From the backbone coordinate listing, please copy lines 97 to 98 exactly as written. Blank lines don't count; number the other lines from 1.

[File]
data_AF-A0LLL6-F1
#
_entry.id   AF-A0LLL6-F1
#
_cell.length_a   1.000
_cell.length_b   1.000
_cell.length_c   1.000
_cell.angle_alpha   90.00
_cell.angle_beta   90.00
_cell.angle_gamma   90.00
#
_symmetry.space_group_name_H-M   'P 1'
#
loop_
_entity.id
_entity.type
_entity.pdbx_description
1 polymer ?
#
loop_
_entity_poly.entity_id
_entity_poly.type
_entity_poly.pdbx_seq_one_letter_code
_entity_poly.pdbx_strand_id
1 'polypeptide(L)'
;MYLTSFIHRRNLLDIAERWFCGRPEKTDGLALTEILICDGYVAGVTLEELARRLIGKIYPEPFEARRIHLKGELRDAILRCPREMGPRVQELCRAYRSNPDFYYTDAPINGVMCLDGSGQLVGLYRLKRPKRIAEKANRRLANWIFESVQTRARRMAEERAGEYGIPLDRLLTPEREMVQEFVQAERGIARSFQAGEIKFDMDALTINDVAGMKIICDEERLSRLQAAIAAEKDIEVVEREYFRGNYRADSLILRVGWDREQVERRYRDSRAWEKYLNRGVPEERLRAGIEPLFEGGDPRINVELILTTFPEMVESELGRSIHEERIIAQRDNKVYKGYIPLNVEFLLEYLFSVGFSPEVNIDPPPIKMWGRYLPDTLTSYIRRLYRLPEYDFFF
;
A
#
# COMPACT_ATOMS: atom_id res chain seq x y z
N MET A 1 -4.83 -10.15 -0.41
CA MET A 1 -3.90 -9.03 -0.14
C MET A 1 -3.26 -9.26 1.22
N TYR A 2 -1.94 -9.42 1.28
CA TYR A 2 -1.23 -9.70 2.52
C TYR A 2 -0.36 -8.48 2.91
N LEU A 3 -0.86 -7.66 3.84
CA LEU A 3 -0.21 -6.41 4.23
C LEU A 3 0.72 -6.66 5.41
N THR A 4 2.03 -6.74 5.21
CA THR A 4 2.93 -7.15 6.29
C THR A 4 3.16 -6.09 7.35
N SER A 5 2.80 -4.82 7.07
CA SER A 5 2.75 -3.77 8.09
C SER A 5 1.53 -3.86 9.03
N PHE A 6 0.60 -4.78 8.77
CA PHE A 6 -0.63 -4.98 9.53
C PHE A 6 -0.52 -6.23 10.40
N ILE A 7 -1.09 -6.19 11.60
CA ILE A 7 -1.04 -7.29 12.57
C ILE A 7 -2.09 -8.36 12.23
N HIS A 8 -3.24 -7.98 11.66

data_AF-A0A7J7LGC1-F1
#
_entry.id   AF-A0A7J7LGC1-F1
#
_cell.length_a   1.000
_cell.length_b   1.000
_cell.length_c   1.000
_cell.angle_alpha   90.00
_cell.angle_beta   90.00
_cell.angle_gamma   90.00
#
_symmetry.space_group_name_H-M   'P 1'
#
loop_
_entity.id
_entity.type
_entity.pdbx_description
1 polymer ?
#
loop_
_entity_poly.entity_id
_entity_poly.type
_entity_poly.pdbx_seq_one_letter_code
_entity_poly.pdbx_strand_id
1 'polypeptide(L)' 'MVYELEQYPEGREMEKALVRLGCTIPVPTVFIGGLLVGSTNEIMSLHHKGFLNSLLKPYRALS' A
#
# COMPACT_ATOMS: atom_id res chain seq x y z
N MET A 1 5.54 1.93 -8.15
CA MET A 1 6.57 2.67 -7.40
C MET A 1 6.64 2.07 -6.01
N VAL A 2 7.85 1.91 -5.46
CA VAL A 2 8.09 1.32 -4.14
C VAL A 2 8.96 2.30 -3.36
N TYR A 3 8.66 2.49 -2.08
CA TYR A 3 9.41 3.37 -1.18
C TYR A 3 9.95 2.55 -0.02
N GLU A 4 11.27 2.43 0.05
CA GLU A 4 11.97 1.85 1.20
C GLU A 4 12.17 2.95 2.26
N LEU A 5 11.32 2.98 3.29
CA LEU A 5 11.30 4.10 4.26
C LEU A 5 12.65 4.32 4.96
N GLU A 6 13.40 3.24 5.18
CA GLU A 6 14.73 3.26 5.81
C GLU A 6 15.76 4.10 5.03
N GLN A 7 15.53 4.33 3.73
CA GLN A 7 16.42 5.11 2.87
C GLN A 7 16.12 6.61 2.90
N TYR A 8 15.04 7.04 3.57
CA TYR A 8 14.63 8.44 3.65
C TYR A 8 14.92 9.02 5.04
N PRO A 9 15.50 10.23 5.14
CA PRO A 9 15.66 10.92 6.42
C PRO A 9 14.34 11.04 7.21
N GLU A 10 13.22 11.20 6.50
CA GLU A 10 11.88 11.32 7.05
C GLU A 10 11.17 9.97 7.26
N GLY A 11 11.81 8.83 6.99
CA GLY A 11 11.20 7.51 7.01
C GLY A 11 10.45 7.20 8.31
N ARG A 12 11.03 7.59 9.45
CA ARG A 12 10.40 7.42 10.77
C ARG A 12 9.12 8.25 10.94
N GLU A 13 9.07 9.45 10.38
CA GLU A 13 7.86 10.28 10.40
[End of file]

C GLU A 6 15.76 4.10 5.03
N GLN A 7 15.53 4.33 3.73